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Deep galaxy Evolution Survey in the near Infra-Red – DESIR

Submission summary

Our current understanding of galaxy evolution is primarily derived from many wide field optically selected surveys (SDSS, 2dF, CFHT-LS, VVDS, COSMOS). Because visible light (for z>1.4) and ultraviolet light (for z>7) of distant galaxies is redshifted into the near-IR bands, to make significant progress in understanding galaxy formation and evolution at higher redshifts we require deep, wide-field infrared-selected surveys. The DESIR (Deep galaxy Evolution Survey in the near Infra-Red) project proposed here aims to make a profound advance in our understanding of the formation and evolution of galaxies by exploiting 2 major near-infrared surveys where we have leading participation: 1) The WIRDS survey, a Franco-Canadian project (co-PI: Kneib), is using CFHT/WIRCAM camera to collect deep infrared imaging in J, H and K over a large fraction of the four CFHTLS deep fields and the COSMOS field. 2) The UltraVISTA project is an accepted ESO public survey (co-PI: Le Fèvre) to be executed on VISTA, a new highly efficient wide-field 4m-IR telescope that will see first light at the end of 2007. UltraVISTA will conduct extremely deep observations of the COSMOS field in 5 infrared bands: Y, J, H and K and a narrow-band filter at 1.19 micron that will target Lyman-alpha emitters at z~8.8. Building on these 2 observational projects, which will revolutionize our understanding of galaxy evolution at high redshift we are asking for funding, manpower (three 2-year postdocs) and resources (computing and travel) necessary in order to deliver reduced images and catalogues and lead the following key scientific investigations that are crucial to understanding galaxy evolution and formation. 1) Redshift distribution of faint galaxies: Without near-IR photometry, photometric redshift techniques are not reliable beyond redshifts of unity because of the lack of deep infrared data. Our new infrared data will be deep enough to probe the 4000 Angstrom break at 1<z<3, thus greatly improving the photometric redshift accuracy and reducing the number of 'catastrophic redshifts'. This will be critical to perform numerous galaxy evolution detailed below and weak lensing analyses underway in this field (cosmological constraints through cosmic shear analysis, mass mapping, group and galaxy lensing). 2) Tracing the growth of (stellar) mass: With WIRDS and UltraVISTA we will investigate this topic in detail by measuring, as a function of redshift, the luminosity function, luminosity density and correlation function of galaxies selected by stellar mass. At redshifts greater than unity, the crucial advantages of infrared for tracing the mass-dominant component of the stellar populations of galaxies have long been understood. However, no existing survey has the necessary area, depth, and supporting multi-frequency data to explore a wide dynamic range in mass in the redshift range 1<z<5. 3) Representative volumes to search for old massive galaxies and high redshift clusters: WIRDS and UltraVISTA surveys offer unique statistical probes of galaxy formation and evolution. Their large areal coverage (three square degrees in total) allows studying representative volumes of the high redshift universe, comparable to SDSS for the local Universe. We will thus be able to quantify the evolution of the oldest and most massive galaxies and rarest high redshift clusters at z>1.4-1.5 which correspond to the most crucial epoch in the history of galaxy formation and evolution. 4) The first galaxies: We now stand at the ultimate frontier in our quest to understand the end of the 'dark ages' and the formation of the first galaxies. The current situation is tantalizing; we know of a few hundred galaxies at z~6 and we have good evidence that reionisation took place at redshifts less than ten, but there currently exist only a very limited number of credible galaxy candidates at z>6.5. Reaching higher redshifts requires extremely deep near-infrared imaging of much larger areas and greater depths to enable effective Lyman-break and Lyman-alpha galaxy selection. UltraVISTA will be the first survey to provide a representative sample of galaxies at z>6.5. Although spectroscopic confirmation probably will have to wait until the launch of JWST and the ELTs, UltraVISTA's broad bands coupled with the available optical data in the targeted fields will allow a unique and efficient selection of these very distant galaxies. 5) Constraining galaxy formation models: By assembling the results from these galaxy evolution studies produced by French teams and our international collaborators in both WIRDS and the UltraVISTA project, and comparing with the state of the art numerical simulations that we are conducting in France with the Horizon project, we will bring an essential piece of information to better understand galaxy formation models by constraining the important physical process at play in the formation and evolution of galaxies.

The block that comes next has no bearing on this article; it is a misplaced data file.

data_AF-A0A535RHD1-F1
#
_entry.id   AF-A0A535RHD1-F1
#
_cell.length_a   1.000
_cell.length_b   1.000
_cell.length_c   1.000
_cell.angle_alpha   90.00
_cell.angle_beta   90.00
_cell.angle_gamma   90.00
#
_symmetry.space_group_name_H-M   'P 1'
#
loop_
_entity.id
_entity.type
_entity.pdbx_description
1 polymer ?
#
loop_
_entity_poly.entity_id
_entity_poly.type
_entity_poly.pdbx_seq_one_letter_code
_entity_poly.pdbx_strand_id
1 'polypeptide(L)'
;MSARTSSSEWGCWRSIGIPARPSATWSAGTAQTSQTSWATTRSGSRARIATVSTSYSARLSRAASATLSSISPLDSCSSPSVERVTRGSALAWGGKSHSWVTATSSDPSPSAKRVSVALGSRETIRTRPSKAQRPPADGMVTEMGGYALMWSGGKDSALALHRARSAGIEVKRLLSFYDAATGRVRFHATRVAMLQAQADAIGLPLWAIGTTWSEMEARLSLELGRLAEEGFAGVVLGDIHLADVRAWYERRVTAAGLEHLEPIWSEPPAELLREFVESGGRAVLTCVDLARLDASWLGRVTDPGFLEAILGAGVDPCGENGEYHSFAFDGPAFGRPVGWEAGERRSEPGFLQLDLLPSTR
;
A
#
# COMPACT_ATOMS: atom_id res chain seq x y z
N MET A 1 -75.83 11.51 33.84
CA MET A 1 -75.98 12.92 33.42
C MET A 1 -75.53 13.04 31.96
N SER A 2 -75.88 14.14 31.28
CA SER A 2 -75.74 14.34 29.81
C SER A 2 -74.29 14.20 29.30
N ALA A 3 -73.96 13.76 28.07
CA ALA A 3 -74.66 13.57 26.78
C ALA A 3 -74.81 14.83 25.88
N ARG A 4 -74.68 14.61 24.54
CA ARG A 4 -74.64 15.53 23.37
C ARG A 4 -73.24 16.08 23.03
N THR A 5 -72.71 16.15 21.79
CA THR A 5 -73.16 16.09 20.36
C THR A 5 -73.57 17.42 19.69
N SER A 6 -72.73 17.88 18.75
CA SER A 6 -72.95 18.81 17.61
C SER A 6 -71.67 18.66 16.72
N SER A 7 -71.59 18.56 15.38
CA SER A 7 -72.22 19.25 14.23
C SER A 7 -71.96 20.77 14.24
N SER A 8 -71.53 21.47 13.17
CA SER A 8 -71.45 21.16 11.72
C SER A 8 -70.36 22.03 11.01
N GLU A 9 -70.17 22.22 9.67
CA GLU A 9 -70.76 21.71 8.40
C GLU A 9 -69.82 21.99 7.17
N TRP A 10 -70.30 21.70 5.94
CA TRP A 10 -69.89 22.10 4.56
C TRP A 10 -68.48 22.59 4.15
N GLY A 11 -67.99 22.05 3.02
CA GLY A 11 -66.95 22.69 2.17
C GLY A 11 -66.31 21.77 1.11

Project coordination

Jean Paul KNEIB (Organisme de recherche)

The author of this summary is the project coordinator, who is responsible for the content of this summary. The ANR declines any responsibility as for its contents.



Help of the ANR 346,000 euros
Beginning and duration of the scientific project: - 48 Months

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